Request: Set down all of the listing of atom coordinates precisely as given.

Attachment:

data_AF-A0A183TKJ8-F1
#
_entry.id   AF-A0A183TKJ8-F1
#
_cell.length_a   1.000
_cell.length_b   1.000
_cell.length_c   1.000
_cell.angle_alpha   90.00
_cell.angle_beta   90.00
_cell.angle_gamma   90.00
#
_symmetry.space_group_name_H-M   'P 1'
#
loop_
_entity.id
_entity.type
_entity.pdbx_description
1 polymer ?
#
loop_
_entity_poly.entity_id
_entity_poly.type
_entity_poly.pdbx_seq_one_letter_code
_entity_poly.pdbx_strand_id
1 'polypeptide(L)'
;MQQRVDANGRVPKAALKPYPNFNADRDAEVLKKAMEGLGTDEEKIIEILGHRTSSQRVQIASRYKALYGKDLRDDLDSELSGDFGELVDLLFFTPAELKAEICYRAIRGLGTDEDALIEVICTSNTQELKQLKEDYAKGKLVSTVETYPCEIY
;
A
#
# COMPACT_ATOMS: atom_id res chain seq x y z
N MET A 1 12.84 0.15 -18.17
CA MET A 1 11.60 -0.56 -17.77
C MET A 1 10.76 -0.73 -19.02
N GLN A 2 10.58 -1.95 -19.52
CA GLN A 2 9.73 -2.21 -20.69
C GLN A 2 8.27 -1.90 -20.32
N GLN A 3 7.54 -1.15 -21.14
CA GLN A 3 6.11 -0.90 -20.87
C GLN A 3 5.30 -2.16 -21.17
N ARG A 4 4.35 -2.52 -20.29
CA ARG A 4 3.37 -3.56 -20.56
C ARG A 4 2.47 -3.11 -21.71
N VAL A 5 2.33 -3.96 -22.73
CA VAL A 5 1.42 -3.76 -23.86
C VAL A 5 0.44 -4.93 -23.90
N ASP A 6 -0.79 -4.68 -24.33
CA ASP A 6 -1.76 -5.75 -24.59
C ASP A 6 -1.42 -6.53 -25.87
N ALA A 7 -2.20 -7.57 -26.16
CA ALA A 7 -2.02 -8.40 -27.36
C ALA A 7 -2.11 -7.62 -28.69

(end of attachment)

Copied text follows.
data_AF-A0A183TKJ8-F1
#
_entry.id   AF-A0A183TKJ8-F1
#
_cell.length_a   1.000
_cell.length_b   1.000
_cell.length_c   1.000
_cell.angle_alpha   90.00
_cell.angle_beta   90.00
_cell.angle_gamma   90.00
#
_symmetry.space_group_name_H-M   'P 1'
#
loop_
_entity.id
_entity.type
_entity.pdbx_description
1 polymer ?
#
loop_
_entity_poly.entity_id
_entity_poly.type
_entity_poly.pdbx_seq_one_letter_code
_entity_poly.pdbx_strand_id
1 'polypeptide(L)'
;MQQRVDANGRVPKAALKPYPNFNADRDAEVLKKAMEGLGTDEEKIIEILGHRTSSQRVQIASRYKALYGKDLRDDLDSELSGDFGELVDLLFFTPAELKAEICYRAIRGLGTDEDALIEVICTSNTQELKQLKEDYAKGKLVSTVETYPCEIY
;
A
#
# COMPACT_ATOMS: atom_id res chain seq x y z
N MET A 1 12.84 0.15 -18.17
CA MET A 1 11.60 -0.56 -17.77
C MET A 1 10.76 -0.73 -19.02
N GLN A 2 10.58 -1.95 -19.52
CA GLN A 2 9.73 -2.21 -20.69
C GLN A 2 8.27 -1.90 -20.32
N GLN A 3 7.54 -1.15 -21.14
CA GLN A 3 6.11 -0.90 -20.87
C GLN A 3 5.30 -2.16 -21.17
N ARG A 4 4.35 -2.52 -20.29
CA ARG A 4 3.37 -3.56 -20.56
C ARG A 4 2.47 -3.11 -21.71
N VAL A 5 2.33 -3.96 -22.73
CA VAL A 5 1.42 -3.76 -23.86
C VAL A 5 0.44 -4.93 -23.90
N ASP A 6 -0.79 -4.68 -24.33
CA ASP A 6 -1.76 -5.75 -24.59
C ASP A 6 -1.42 -6.53 -25.87
N ALA A 7 -2.20 -7.57 -26.16
CA ALA A 7 -2.02 -8.40 -27.36
C ALA A 7 -2.11 -7.62 -28.69